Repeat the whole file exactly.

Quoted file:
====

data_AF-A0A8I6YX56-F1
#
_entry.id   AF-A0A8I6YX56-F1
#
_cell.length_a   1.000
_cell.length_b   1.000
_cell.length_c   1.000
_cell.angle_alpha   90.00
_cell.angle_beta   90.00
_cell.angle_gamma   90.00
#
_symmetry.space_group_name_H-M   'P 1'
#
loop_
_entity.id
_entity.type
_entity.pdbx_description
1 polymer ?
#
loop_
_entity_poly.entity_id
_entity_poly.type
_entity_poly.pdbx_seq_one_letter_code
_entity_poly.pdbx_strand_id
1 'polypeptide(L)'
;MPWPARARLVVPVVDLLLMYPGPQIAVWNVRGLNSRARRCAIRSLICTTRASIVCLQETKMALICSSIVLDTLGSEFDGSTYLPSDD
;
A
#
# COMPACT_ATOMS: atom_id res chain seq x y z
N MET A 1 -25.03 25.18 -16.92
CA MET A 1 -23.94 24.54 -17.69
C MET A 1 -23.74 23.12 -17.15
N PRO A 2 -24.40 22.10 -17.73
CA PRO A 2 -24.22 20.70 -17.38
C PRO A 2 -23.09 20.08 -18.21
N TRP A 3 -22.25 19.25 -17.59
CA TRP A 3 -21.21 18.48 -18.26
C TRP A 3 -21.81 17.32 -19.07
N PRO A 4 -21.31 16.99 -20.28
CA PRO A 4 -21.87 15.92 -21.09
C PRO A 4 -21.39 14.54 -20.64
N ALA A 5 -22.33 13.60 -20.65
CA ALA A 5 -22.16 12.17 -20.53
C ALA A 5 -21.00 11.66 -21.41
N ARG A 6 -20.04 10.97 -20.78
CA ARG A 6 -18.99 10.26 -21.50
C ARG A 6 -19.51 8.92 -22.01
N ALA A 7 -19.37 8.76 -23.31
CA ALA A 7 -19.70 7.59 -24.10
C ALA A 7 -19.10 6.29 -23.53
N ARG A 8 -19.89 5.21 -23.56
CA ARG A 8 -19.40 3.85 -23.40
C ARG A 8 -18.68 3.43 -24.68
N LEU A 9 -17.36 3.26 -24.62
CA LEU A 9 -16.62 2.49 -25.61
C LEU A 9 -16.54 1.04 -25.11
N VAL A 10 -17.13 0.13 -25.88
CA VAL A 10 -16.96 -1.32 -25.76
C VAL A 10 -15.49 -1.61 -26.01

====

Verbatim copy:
data_AF-A0A8I6YX56-F1
#
_entry.id   AF-A0A8I6YX56-F1
#
_cell.length_a   1.000
_cell.length_b   1.000
_cell.length_c   1.000
_cell.angle_alpha   90.00
_cell.angle_beta   90.00
_cell.angle_gamma   90.00
#
_symmetry.space_group_name_H-M   'P 1'
#
loop_
_entity.id
_entity.type
_entity.pdbx_description
1 polymer ?
#
loop_
_entity_poly.entity_id
_entity_poly.type
_entity_poly.pdbx_seq_one_letter_code
_entity_poly.pdbx_strand_id
1 'polypeptide(L)'
;MPWPARARLVVPVVDLLLMYPGPQIAVWNVRGLNSRARRCAIRSLICTTRASIVCLQETKMALICSSIVLDTLGSEFDGSTYLPSDD
;
A
#
# COMPACT_ATOMS: atom_id res chain seq x y z
N MET A 1 -25.03 25.18 -16.92
CA MET A 1 -23.94 24.54 -17.69
C MET A 1 -23.74 23.12 -17.15
N PRO A 2 -24.40 22.10 -17.73
CA PRO A 2 -24.22 20.70 -17.38
C PRO A 2 -23.09 20.08 -18.21
N TRP A 3 -22.25 19.25 -17.59
CA TRP A 3 -21.21 18.48 -18.26
C TRP A 3 -21.81 17.32 -19.07
N PRO A 4 -21.31 16.99 -20.28
CA PRO A 4 -21.87 15.92 -21.09
C PRO A 4 -21.39 14.54 -20.64
N ALA A 5 -22.33 13.60 -20.65
CA ALA A 5 -22.16 12.17 -20.53
C ALA A 5 -21.00 11.66 -21.41
N ARG A 6 -20.04 10.97 -20.78
CA ARG A 6 -18.99 10.26 -21.50
C ARG A 6 -19.51 8.92 -22.01
N ALA A 7 -19.37 8.76 -23.31
CA ALA A 7 -19.70 7.59 -24.10
C ALA A 7 -19.10 6.29 -23.53
N ARG A 8 -19.89 5.21 -23.56
CA ARG A 8 -19.40 3.85 -23.40
C ARG A 8 -18.68 3.43 -24.68
N LEU A 9 -17.36 3.26 -24.62
CA LEU A 9 -16.62 2.49 -25.61
C LEU A 9 -16.54 1.04 -25.11
N VAL A 10 -17.13 0.13 -25.88
CA VAL A 10 -16.96 -1.32 -25.76
C VAL A 10 -15.49 -1.61 -26.01